The 7-Year-Old Guatemalan Who Died In US Custody Was Given No Water For Hours, Lawyers Say
They also accused Customs and Border Protection of violating its own policies by not summoning medical assistance immediately when she fell ill.
EL PASO, TEXAS — Attorneys for the family of a 7-year-old asylum seeker who died in Customs and Border Protection custody raised fresh questions Wednesday about the agency’s handling of the case, accusing CBP of failing to provide water to the Guatemalan girl for eight hours and potentially violating its own rule that requires agents to contact medical professionals in the event of a “medical emergency.”
“They should have contacted some qualified medical person to start an evaluation,” said Enrique Moreno, a civil rights attorney who is representing the family of Jakelin Caal, who died Dec. 8. The cause of death remains unknown, and an autopsy report is not expected for several weeks.
According to Moreno, CBP determined that Caal was sick at approximately 5 a.m. on Dec. 7, listing a “medical emergency” in its reports. That designation, he said, normally would trigger either a medical examination by a trained responder or contact with a medical professional if one was not onsite.
But CBP agents at the remote Antelope Wells Port of Entry where Caal was being held did neither. Instead, they placed her on a bus with other immigrants and asylum seekers and dispatched her to CBP’s Lordsburg facility, an hour and half northwest of Antelope Wells. During the ride, Caal’s condition worsened, and with no medical personnel on the bus, it was only then that CBP agents contacted Lordsburg, Moreno said.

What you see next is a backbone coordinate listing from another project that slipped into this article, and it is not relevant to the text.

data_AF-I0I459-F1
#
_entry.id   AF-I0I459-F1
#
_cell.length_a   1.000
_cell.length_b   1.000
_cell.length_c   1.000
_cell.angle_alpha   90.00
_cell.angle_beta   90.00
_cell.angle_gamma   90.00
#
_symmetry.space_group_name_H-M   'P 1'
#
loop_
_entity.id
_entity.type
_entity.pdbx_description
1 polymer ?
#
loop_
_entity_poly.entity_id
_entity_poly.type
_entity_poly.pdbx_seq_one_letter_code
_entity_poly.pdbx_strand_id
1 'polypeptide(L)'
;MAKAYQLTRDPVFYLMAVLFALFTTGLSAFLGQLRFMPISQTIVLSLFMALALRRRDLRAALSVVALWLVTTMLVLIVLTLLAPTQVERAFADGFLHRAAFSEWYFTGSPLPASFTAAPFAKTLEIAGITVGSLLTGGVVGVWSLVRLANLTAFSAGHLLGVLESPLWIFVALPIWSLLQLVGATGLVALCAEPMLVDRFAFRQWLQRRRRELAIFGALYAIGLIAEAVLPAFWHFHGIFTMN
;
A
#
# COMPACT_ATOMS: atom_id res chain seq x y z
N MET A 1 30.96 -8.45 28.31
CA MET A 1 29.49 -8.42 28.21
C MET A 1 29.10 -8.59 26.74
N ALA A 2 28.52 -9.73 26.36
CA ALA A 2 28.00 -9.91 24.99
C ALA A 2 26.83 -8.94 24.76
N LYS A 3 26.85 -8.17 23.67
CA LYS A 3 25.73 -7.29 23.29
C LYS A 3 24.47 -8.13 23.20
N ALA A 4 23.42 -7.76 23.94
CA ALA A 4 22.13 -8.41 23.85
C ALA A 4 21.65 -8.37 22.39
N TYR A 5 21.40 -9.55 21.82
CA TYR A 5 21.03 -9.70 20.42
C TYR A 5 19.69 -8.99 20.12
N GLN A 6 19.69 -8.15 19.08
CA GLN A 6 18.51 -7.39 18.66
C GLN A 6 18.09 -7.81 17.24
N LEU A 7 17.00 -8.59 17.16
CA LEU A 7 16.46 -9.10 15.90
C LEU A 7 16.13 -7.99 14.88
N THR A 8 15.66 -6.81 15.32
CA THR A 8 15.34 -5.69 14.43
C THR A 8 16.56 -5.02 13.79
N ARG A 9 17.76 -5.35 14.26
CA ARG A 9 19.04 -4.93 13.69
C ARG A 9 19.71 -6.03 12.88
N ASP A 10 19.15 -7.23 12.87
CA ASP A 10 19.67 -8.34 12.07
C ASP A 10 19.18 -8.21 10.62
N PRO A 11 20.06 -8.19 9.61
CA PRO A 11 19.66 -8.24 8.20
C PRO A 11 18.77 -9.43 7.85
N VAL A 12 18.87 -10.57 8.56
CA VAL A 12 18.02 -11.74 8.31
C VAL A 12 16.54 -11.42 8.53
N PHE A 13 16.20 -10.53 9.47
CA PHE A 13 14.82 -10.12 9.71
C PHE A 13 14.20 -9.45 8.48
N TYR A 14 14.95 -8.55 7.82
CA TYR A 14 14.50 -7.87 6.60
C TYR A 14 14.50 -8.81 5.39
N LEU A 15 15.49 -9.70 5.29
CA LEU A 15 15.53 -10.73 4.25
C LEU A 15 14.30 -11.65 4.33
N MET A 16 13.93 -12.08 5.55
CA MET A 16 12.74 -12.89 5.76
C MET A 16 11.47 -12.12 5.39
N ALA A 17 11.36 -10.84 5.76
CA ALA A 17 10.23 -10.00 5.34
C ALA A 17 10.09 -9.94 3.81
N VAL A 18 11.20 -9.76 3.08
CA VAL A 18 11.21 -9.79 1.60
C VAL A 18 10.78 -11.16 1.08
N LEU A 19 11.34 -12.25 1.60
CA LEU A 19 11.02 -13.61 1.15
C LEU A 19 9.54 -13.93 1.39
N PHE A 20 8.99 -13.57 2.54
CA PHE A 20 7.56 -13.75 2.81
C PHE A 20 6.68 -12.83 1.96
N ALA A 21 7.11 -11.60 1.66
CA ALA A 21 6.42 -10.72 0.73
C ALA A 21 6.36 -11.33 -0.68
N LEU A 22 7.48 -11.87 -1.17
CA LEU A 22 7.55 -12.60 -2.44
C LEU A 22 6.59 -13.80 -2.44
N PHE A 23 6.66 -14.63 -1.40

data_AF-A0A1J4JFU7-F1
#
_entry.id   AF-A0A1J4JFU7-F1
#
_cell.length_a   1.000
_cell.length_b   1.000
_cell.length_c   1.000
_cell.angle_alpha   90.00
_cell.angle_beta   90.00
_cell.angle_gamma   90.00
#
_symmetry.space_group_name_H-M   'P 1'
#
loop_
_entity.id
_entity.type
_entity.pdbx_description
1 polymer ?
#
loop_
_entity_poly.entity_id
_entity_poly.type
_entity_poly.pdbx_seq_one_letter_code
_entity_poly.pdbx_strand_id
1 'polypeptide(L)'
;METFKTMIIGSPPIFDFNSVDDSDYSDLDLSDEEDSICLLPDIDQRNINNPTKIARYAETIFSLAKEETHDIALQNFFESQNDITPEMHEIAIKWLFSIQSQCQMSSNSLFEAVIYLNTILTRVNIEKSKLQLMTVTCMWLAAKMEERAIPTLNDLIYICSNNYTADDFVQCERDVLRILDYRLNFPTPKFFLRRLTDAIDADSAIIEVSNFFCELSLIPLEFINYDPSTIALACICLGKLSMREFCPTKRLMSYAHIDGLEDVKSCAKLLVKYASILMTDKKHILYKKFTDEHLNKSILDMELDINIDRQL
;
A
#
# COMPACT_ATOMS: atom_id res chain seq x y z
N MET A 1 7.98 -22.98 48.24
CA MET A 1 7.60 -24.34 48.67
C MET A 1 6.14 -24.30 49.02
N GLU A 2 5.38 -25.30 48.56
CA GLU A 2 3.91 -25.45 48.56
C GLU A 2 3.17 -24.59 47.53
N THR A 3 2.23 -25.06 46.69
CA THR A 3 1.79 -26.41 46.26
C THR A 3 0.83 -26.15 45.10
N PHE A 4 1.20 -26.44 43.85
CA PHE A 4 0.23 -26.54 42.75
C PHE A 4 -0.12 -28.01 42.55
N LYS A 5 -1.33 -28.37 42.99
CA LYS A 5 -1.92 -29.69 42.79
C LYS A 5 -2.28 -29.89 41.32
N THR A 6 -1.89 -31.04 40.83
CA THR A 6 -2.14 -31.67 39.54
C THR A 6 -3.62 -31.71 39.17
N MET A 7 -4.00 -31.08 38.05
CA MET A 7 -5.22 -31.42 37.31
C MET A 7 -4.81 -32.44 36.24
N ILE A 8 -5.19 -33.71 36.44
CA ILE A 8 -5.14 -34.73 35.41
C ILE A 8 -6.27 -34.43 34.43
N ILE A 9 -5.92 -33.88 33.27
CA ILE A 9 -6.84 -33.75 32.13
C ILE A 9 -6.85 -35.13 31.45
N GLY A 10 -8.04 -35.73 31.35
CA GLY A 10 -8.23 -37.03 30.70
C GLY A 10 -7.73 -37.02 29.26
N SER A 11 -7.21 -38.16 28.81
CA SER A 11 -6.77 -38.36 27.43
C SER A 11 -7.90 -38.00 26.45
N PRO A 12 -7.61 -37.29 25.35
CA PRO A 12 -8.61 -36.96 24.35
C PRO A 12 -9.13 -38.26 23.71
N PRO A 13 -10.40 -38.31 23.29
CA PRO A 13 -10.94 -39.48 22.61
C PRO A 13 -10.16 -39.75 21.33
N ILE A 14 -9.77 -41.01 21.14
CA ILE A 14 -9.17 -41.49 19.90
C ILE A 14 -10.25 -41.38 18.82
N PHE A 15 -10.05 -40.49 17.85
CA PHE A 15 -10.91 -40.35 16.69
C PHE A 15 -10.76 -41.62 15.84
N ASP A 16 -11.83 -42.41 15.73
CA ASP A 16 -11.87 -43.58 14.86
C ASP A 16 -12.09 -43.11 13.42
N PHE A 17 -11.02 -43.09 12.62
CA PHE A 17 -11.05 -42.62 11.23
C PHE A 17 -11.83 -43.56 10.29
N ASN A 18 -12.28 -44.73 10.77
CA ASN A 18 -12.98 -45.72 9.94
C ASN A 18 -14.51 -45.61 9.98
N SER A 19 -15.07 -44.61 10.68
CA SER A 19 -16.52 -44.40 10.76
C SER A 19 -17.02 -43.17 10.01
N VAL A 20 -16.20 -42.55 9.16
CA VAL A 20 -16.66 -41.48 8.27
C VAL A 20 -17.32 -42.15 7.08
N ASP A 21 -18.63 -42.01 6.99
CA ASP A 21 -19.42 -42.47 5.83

“Her life may have been saved very early on in the detention with a face-to-face screening,” said attorney Lynn Coyle.
The family’s attorneys also said that, contrary to statements from the Guatemalan Consulate last week, Caal’s father has said neither he nor his daughter were given any water between 9:16 p.m. on Dec. 6, when they arrived at Antelope Wells, and 5 a.m., when their bus left. “They were provided cookies,” one of the family's attorneys, Chris Benoit, said dryly.
That version of events contradicts statements made by Guatemalan General Consul Tekandi Paniagua, who last week said the Caals were given water and that her father believed CBP had done everything they could to help them. Neither Benoit nor the other attorneys would comment on the differences in the versions. However, Moreno did say that CBP on Tuesday told members of Congress touring the facility that the Caals had not received water while at Antelope Wells.
The Trump administration has given shifting explanations for Caal’s death. Initially CBP said Caal had not eaten or had water for several days before arriving at the border — a charge her father has adamantly denied.
On Tuesday, CBP Commissioner Kevin McAleenan said the lack of adequate medical resources and training for CBP agents was because the stretch of border where the Caals crossed is rarely used by migrants and that they were caught by surprise. Rep. Joaquin Castro, the incoming chair of the Congressional Hispanic Caucus, called for McAleenan’s resignation Tuesday afternoon.
But Moreno dismissed those arguments, pointing out that hundreds of immigrants and asylum seekers have been coming through the Antelope Wells section of the border since at least October. Moreno also pointed to the fact that a 6-year-old asylum seeker nearly died under circumstances similar to Caal’s a month earlier, and said CBP had more than enough time to shift resources to the area. “It was entirely predictable,” Moreno said.